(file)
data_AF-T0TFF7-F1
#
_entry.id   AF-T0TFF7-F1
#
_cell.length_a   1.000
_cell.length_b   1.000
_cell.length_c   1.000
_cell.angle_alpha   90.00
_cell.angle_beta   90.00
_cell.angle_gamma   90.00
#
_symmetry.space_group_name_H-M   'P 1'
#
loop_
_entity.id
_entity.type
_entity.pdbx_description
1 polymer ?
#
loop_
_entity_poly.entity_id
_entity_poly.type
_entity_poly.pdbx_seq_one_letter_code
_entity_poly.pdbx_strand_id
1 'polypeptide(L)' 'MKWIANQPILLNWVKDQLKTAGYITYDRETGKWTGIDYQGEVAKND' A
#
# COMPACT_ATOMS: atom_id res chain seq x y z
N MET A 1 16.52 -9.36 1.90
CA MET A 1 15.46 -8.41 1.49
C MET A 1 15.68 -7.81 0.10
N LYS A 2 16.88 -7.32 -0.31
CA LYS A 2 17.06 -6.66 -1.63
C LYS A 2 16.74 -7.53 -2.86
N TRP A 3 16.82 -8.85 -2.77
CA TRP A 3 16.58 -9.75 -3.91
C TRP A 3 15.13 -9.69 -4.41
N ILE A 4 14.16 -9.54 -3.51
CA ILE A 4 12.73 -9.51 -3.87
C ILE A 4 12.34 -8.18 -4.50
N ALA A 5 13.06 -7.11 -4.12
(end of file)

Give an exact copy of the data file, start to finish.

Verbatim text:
data_AF-T0TFF7-F1
#
_entry.id   AF-T0TFF7-F1
#
_cell.length_a   1.000
_cell.length_b   1.000
_cell.length_c   1.000
_cell.angle_alpha   90.00
_cell.angle_beta   90.00
_cell.angle_gamma   90.00
#
_symmetry.space_group_name_H-M   'P 1'
#
loop_
_entity.id
_entity.type
_entity.pdbx_description
1 polymer ?
#
loop_
_entity_poly.entity_id
_entity_poly.type
_entity_poly.pdbx_seq_one_letter_code
_entity_poly.pdbx_strand_id
1 'polypeptide(L)' 'MKWIANQPILLNWVKDQLKTAGYITYDRETGKWTGIDYQGEVAKND' A
#
# COMPACT_ATOMS: atom_id res chain seq x y z
N MET A 1 16.52 -9.36 1.90
CA MET A 1 15.46 -8.41 1.49
C MET A 1 15.68 -7.81 0.10
N LYS A 2 16.88 -7.32 -0.31
CA LYS A 2 17.06 -6.66 -1.63
C LYS A 2 16.74 -7.53 -2.86
N TRP A 3 16.82 -8.85 -2.77
CA TRP A 3 16.58 -9.75 -3.91
C TRP A 3 15.13 -9.69 -4.41
N ILE A 4 14.16 -9.54 -3.51
CA ILE A 4 12.73 -9.51 -3.87
C ILE A 4 12.34 -8.18 -4.50
N ALA A 5 13.06 -7.11 -4.12